We have lift-off: Nasa launches its Orion Mars spacecraft on its second attempt

Emma Haslett
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Nasa launched the first test flight of its Orion spacecraft, which could one day carry humans to Mars, on its second attempt today, after yesterday's go failed when the wind was deemed too gusty.

The test flight will allow Nasa to try out its first crew capsule to be built by the US space agency since the recently-retired space shuttle.

The ship will fly to 6,000km above the earth, generating temperatures of 2,000°c, which will allow engineers to check its systems are working properly. The craft will then re-enter the atmosphere at about 4.30pm GMT, splashing down in the Pacific ocean just off Mexico's Baja Peninsula.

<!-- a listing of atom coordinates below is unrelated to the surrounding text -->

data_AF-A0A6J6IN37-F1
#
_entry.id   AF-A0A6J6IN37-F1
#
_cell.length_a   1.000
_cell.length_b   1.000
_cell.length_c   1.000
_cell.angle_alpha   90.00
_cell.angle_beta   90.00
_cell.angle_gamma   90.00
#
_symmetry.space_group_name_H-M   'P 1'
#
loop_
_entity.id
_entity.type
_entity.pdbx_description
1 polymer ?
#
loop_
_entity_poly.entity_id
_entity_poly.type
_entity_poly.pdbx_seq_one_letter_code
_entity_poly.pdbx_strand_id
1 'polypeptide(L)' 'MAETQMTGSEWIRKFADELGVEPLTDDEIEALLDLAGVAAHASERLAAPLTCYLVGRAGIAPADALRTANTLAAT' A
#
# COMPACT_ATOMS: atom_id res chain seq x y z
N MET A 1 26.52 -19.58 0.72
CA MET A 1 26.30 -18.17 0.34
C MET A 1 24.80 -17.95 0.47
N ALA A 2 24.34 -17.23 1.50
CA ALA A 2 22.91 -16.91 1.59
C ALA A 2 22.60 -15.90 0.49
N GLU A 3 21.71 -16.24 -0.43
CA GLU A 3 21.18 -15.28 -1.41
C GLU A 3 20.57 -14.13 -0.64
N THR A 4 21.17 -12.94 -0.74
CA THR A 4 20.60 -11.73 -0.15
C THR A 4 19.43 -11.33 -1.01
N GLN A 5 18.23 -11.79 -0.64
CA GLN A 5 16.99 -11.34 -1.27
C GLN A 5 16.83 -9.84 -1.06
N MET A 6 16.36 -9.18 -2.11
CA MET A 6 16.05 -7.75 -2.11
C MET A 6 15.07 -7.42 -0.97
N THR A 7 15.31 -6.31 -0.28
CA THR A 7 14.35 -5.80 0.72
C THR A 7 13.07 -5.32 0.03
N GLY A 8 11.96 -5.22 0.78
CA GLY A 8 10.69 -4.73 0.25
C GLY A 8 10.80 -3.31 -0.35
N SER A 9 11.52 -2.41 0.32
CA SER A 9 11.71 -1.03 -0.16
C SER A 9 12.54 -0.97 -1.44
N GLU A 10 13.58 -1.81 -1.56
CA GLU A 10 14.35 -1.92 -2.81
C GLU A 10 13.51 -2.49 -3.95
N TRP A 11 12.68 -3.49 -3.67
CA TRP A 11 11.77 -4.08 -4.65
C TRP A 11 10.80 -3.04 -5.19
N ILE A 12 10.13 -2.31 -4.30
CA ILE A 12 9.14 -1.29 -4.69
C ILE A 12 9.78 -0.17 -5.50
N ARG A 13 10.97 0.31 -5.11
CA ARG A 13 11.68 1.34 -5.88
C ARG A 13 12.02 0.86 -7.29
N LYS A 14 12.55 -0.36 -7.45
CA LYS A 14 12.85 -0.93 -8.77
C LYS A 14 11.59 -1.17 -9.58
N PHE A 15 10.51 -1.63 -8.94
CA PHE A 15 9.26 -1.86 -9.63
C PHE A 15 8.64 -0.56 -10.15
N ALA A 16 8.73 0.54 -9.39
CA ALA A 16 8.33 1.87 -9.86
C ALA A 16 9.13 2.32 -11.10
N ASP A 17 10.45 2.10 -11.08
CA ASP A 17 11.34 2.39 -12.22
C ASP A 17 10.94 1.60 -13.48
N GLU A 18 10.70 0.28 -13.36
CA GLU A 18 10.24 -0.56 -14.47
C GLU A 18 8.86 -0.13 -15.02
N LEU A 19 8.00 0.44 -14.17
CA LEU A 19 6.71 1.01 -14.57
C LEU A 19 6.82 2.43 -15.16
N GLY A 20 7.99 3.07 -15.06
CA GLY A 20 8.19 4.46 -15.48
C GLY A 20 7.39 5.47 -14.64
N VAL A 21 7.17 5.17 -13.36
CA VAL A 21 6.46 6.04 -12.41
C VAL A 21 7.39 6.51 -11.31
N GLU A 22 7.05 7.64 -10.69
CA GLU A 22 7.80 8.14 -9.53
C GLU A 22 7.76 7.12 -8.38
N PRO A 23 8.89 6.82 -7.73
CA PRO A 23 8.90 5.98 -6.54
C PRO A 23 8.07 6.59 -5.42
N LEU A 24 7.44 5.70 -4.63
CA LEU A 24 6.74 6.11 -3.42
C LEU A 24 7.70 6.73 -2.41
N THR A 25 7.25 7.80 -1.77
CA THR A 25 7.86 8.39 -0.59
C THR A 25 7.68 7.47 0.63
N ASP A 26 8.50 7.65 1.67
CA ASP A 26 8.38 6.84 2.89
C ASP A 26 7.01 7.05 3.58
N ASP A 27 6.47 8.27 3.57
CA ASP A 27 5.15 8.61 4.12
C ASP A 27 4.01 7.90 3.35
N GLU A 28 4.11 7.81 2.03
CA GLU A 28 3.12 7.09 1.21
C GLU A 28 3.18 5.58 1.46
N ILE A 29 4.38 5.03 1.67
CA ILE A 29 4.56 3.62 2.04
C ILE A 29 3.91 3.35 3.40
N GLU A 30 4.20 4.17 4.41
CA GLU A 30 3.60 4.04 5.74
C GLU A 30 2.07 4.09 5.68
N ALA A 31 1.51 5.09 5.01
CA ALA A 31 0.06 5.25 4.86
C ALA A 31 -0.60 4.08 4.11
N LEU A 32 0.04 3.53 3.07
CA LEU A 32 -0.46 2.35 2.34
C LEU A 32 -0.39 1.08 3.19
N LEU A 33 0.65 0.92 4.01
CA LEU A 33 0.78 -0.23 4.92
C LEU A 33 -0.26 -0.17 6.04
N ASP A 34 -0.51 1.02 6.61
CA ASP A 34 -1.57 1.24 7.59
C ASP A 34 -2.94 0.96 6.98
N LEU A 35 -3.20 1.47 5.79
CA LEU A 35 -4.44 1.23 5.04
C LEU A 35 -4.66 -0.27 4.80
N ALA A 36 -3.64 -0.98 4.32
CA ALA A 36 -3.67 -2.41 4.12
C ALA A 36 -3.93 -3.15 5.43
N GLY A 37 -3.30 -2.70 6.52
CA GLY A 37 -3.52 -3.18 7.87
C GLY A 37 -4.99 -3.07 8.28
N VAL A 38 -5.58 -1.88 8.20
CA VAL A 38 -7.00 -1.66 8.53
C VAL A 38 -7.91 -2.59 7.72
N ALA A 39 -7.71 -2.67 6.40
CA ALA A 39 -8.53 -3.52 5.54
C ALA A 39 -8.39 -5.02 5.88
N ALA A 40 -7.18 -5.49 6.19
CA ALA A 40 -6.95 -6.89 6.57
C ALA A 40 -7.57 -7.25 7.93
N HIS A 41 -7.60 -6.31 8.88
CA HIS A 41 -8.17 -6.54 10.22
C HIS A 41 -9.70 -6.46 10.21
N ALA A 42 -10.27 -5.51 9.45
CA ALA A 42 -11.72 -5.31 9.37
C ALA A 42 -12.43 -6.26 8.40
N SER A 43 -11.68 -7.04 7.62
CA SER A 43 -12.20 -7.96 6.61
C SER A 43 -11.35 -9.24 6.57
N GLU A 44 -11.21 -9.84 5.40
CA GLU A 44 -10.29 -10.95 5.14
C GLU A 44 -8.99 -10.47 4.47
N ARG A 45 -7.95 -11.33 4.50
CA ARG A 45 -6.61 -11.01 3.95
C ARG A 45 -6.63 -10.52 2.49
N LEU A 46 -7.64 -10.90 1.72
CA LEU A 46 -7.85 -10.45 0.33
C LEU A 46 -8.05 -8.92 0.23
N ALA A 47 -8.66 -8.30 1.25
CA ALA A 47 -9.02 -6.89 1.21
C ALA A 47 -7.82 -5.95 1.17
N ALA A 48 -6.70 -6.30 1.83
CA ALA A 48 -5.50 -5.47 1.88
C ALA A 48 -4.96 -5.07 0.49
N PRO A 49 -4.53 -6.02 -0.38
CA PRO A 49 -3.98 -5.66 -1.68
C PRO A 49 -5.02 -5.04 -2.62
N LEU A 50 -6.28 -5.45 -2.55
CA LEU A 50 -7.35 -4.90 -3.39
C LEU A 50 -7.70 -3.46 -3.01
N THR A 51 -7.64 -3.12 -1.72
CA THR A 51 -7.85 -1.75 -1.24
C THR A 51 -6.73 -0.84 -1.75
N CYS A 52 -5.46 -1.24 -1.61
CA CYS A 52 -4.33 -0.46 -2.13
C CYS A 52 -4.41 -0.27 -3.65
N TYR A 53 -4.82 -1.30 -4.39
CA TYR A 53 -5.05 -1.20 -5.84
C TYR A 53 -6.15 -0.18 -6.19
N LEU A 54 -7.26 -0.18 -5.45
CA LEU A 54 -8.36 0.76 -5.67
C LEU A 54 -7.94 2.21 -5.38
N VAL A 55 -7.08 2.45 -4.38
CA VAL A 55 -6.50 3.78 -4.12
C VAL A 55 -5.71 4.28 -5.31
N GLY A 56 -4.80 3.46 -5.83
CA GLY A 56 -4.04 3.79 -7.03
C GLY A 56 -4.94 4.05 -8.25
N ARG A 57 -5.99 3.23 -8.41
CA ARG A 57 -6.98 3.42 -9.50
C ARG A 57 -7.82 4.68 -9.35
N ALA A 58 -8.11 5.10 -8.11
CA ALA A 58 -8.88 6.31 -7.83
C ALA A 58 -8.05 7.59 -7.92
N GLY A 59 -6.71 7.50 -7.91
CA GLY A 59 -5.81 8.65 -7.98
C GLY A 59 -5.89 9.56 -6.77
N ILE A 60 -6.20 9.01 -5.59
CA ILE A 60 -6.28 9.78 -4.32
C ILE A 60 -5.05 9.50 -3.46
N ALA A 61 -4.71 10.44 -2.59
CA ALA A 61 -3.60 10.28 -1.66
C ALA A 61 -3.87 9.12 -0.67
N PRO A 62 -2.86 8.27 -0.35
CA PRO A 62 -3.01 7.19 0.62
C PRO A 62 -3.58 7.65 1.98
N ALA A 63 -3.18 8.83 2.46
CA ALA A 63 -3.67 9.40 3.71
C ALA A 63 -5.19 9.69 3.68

Yesterday's first go at launching the craft was abandoned after gusts of wind triggered a sensor which halted the countdown, and a boat entered a restricted zone off the coast of Cape Canaveral. To compound things further, valves in the fuel tanks failed.

Nasa tweeted its success after the craft launched:

On-board cameras showed the port and starboard boosters had separated four minutes and 10 seconds into the flight, as the main engine cut off. Shortly afterwards, the second stage ignited.


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